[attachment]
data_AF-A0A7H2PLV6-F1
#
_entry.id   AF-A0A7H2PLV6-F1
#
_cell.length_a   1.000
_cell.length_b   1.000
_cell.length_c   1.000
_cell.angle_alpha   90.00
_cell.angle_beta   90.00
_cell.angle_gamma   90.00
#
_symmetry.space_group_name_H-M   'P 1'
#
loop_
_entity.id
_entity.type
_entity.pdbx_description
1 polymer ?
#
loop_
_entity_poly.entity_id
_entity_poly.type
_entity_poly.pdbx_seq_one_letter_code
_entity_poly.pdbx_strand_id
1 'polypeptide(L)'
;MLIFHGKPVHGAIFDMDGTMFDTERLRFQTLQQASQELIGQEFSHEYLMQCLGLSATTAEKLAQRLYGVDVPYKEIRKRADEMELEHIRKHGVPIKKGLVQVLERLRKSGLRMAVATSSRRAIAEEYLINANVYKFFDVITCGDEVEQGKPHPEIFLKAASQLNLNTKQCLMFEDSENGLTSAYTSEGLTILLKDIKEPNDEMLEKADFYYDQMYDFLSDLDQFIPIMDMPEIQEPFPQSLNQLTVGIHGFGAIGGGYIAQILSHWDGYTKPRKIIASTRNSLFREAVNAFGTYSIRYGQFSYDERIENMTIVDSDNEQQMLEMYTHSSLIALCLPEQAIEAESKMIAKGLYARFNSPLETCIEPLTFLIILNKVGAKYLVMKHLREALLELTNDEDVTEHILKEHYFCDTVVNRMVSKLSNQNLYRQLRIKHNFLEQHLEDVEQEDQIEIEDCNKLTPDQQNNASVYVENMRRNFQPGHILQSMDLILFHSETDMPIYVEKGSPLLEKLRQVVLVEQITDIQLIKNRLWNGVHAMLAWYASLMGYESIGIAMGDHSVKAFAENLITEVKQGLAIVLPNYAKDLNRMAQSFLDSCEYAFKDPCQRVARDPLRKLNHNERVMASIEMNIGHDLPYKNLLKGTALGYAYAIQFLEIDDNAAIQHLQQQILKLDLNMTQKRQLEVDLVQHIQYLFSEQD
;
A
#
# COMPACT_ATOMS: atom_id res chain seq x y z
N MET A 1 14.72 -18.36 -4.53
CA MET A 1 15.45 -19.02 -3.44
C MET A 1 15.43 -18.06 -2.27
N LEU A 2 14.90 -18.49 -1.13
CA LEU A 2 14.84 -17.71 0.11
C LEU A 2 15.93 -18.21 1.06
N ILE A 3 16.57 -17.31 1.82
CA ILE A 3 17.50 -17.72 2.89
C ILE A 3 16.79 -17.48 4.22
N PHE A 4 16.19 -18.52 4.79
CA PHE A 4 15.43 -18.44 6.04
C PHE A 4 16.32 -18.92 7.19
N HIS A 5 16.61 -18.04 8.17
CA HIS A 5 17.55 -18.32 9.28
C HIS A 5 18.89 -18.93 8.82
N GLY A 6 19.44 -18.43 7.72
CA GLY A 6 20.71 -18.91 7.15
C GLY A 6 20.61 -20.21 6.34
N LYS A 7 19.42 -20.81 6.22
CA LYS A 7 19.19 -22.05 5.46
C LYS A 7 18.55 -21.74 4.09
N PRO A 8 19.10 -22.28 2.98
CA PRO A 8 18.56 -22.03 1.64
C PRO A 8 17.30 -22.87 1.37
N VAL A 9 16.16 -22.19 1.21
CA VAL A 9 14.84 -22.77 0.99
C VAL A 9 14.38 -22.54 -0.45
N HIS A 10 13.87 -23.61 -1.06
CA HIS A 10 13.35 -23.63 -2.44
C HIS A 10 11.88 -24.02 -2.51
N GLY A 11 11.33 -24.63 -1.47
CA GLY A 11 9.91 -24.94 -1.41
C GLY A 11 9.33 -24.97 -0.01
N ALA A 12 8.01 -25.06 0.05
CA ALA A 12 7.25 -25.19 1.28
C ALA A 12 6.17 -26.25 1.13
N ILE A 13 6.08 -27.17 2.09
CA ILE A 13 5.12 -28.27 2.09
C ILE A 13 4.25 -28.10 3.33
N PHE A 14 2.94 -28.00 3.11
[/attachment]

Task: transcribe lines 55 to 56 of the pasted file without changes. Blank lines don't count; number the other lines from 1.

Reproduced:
N VAL A 9 16.16 -22.19 1.21
CA VAL A 9 14.84 -22.77 0.99